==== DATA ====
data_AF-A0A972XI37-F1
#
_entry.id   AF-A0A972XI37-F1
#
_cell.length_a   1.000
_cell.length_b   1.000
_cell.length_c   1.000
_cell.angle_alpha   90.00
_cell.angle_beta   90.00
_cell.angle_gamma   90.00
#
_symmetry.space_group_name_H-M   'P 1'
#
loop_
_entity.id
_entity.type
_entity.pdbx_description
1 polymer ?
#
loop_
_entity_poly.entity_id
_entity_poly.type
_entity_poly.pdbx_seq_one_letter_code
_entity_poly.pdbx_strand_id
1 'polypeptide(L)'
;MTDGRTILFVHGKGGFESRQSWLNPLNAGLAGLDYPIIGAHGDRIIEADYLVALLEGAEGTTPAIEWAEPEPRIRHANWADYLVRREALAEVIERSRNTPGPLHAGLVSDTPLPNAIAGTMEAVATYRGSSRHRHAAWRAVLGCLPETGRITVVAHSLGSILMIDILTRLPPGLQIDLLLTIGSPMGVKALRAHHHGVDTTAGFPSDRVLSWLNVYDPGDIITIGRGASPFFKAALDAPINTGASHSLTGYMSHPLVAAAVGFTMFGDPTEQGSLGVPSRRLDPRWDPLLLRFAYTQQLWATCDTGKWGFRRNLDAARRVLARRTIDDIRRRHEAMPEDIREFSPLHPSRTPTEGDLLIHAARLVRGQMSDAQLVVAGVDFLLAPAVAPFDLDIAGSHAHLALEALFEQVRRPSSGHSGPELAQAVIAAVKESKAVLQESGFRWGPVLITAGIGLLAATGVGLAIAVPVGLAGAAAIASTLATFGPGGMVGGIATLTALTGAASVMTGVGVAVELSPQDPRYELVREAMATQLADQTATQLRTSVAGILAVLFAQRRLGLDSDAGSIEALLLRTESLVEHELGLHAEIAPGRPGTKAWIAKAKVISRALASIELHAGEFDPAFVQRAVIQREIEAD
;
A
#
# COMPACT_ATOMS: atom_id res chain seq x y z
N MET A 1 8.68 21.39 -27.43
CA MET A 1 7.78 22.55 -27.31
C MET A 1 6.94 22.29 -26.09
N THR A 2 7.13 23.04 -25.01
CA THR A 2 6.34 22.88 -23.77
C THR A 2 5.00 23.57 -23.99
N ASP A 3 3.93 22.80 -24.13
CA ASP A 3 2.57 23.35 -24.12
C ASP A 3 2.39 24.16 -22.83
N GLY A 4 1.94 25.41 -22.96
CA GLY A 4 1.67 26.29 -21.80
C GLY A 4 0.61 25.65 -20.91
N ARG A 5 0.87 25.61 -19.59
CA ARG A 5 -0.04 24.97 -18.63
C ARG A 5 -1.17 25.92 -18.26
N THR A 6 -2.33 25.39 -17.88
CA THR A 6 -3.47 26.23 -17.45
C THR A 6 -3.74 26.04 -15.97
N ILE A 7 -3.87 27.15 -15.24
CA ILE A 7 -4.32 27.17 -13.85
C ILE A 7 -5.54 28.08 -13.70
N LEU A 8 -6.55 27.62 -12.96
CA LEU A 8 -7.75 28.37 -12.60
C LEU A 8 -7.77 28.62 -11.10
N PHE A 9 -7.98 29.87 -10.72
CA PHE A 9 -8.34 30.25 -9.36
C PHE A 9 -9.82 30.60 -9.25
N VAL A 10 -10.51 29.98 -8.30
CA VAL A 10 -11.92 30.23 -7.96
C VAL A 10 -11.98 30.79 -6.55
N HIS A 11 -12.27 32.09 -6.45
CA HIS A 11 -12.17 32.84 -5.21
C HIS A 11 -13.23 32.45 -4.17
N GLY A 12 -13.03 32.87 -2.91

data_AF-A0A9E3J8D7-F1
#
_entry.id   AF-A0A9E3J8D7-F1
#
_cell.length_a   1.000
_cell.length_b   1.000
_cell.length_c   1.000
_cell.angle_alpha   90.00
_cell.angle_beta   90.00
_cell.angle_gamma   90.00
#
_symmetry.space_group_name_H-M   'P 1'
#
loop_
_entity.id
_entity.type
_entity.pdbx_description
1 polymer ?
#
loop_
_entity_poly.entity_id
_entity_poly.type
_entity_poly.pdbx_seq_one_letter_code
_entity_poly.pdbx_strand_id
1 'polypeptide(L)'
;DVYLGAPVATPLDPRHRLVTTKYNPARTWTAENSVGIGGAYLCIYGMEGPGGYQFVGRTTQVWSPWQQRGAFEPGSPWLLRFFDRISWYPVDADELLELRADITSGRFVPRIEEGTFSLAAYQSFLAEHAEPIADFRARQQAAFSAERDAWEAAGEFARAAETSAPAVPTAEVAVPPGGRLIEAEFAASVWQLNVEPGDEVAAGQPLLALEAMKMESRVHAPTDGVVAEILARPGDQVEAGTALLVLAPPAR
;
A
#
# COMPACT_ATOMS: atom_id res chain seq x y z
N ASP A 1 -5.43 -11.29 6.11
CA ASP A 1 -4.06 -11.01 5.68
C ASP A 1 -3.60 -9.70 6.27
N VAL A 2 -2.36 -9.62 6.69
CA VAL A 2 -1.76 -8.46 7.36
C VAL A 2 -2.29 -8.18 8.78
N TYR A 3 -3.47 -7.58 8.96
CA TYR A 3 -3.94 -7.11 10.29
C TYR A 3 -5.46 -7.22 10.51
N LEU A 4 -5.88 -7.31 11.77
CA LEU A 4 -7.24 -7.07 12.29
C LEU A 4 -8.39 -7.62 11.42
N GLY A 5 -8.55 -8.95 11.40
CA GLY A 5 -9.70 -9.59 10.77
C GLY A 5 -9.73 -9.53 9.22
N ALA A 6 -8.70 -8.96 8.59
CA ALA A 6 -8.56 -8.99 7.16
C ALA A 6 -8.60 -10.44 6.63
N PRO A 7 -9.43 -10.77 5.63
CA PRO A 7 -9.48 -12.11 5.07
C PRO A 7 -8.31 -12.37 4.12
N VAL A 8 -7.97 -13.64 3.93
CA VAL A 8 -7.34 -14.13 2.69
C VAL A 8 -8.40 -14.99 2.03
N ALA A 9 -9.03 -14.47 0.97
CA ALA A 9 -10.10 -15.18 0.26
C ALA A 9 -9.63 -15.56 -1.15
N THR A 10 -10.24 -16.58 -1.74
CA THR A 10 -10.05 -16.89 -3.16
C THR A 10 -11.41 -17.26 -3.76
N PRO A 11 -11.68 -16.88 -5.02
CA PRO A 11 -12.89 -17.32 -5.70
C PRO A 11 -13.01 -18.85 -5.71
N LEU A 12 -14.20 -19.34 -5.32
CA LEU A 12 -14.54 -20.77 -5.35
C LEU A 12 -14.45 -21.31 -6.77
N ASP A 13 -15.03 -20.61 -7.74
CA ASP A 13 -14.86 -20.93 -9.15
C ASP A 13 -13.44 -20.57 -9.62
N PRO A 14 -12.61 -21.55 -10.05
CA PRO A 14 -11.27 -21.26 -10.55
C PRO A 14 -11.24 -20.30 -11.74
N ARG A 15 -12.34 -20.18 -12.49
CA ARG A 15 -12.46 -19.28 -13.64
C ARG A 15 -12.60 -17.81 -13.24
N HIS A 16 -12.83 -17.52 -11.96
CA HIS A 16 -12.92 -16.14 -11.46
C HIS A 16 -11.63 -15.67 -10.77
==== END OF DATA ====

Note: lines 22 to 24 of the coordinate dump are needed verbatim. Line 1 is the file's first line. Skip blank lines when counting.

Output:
_entity_poly.type
_entity_poly.pdbx_seq_one_letter_code
_entity_poly.pdbx_strand_id